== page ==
In the 1980’s when I was working as an actress in film and television in Los Angeles, I joined Women In Film. During my active time as a member, I served on the Board of Directors and ran for President against Marion Rees!! Needless to say, she won!!! Haha. But, I did it anyway. I met many wonderful women during my time there, many of whom I remain friends with to this day.
Currently, I am still on the mailing list and get emails regularly about all the amazing women in film as our presence in the Industry grows and grows!! YES!!! This week – yesterday, in fact, I received a well-written piece about Agnès Varda that I want to share. It was written by Laila Hashemi, WIF Development and Communications Coordinator. Since I now live in France and am becoming more familiar with French film, I have received several articles about her from contacts in Paris and Nice. I particularly like this one. Enjoy and learn about an amazing woman who penetrated the “glass ceiling” before the others!!
“This was the first photo I saw of Agnès, and it struck me instantly. A woman operating a camera, standing on a man’s back. I was introduced to her films in my high school French class and decided that I wanted to be a filmmaker as well. This experience, significant in my life, is shared by many women who were similarly inspired by her.
Just days before the end of Women’s History Month, we lost a pioneering female filmmaker. On March 29th, Agnès Varda passed away at her home in Paris. This week, we celebrate her 64-year-long filmmaking career, which charted the course for generations of female filmmakers that have followed her lead.
Commonly referred to as the Mother, Grandmother, or Godmother of the French New Wave, Varda was undeniably a trailblazer; the only female filmmaker during the influential film movement of the 1950s and 1960s. “I know I was a pioneer,” she told The Hollywood Reporter in November 2017. “I made a radical film [La Pointe Courte] in 1955, and what they called the New Wave started in ’59, ’60, those years. When I made my first film, I was out of the world of cinema and I didn’t know anybody around and I didn’t even see film. So out of the blue I invented the film, and I succeeded to make very little money, but it was something I wanted to do.”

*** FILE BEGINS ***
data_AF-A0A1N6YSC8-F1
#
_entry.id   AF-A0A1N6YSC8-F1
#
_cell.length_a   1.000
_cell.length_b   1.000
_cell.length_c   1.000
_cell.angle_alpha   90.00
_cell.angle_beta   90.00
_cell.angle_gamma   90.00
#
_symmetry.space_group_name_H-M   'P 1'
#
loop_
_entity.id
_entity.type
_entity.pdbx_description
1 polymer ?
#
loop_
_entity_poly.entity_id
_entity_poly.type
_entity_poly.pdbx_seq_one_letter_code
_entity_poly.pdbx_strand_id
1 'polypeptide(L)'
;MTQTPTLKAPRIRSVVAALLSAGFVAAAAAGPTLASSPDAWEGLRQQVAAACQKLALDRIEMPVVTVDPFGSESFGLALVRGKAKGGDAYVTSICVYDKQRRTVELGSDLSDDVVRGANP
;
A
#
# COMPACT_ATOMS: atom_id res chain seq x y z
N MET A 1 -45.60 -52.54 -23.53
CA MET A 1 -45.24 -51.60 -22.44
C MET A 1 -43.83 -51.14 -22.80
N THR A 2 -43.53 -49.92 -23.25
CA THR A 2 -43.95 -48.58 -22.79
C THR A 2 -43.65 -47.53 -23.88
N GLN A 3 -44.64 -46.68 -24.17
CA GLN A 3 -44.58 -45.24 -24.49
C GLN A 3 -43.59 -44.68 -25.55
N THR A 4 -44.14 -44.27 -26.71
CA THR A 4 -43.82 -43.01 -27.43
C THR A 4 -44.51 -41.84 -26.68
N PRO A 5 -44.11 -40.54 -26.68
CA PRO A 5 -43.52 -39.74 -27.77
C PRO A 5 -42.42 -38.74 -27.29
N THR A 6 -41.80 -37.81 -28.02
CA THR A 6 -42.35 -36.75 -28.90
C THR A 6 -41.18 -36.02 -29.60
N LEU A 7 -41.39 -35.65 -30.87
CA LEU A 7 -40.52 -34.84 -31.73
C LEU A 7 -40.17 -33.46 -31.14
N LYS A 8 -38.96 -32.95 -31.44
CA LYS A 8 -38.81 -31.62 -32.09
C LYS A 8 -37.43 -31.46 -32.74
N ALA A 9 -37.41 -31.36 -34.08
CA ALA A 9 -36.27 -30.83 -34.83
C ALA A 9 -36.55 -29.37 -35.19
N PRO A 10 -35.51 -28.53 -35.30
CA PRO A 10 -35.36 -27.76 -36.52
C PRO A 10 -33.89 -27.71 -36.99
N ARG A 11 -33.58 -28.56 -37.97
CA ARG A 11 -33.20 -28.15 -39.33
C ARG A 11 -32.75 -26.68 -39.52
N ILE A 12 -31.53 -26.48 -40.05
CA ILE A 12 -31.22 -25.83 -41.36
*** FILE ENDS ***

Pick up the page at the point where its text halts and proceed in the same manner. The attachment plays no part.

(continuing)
LA POINTE COURTE came out five years before the debut of films widely recognized as New Wave classics, like François Truffaut’s THE 400 BLOWS or Jean-Luc Godard’s BREATHLESS. While the movement challenged form, narrative, and cinematic style, Varda’s male contemporaries maintained tradition in their depictions of women. Cinephiles, too, traditionally revered the work of these male directors, who achieved more fame and financial success. Varda spoke about being omitted from history books and from special issues of Cahiers du Cinéma, the hallmark publication dedicated to French cinema. “I was just plain forgotten,” she said. She kept going even if, as she admitted in 1986, with each film she had “to fight like a tiger.”
Varda was a driving force of feminist filmmaking, creating a female cinematic voice and giving agency to her female protagonists. Her 1961 film CLÉO FROM 5 TO 7 gives its female protagonist her own vision and agency, rather than a typically objectified portrayal through a male gaze. Varda’s 1977 film ONE SINGS, THE OTHER DOESN’T explores the budding feminist and pro-choice movement in France through a lifelong friendship between two women.
Perhaps her most feminist work is VAGABOND from 1985, a drama about the death of a young female drifter, dirty and wandering around with a tent on her back, de-fetishizing the female body from the male perspective. Of her protagonist in VAGABOND, Varda said, “In all women there is something in revolt which is not expressed.”
Varda became more widely-recognized in the U.S. in her later years. In 2017 the Academy of Motion Picture Arts and Sciences awarded her an honorary Oscar—the first to salute a female director—for “compassion and curiosity [that] inform a uniquely personal cinema.” A few weeks after receiving that honor at the Governors Awards, she was nominated in the Best Documentary Feature category for FACES PLACES, making her the oldest person ever to be nominated for a competitive Oscar at the time.
We were privileged to honor her at the Women In Film Oscar Nominees Party last year. This class photo, taken that evening, feels especially symbolic of her impact. Agnès, standing front and center, surrounded by a group of female filmmakers who are also being celebrated for their achievements in filmmaking. Surely, in the ’50s and ’60s, Agnès would be the only woman in that photo. Women in the screen industries would not be where they are today had it not been for the the path that Agnès led with her will and her art.
For me, Agnès is cinema personified. What I’ll continue to celebrate and admire most about her is that her films are so uniquely her own and challenge what can be possible in the medium. With each film, I’m looking through her eyes, and I can see her calculated influence through every shot and movement. In her autobiographical documentary THE BEACHES OF AGNÈS she says, “In here, it feels like I live in cinema, cinema is my home. I think I’ve always lived in it.”
Her legacy, her light, and her force survive her. Thank you, Agnès.
“Life is short, the ephemeral is everywhere, so we go on making art.”
All the best,
Women In Film
Development and Communications Coordinator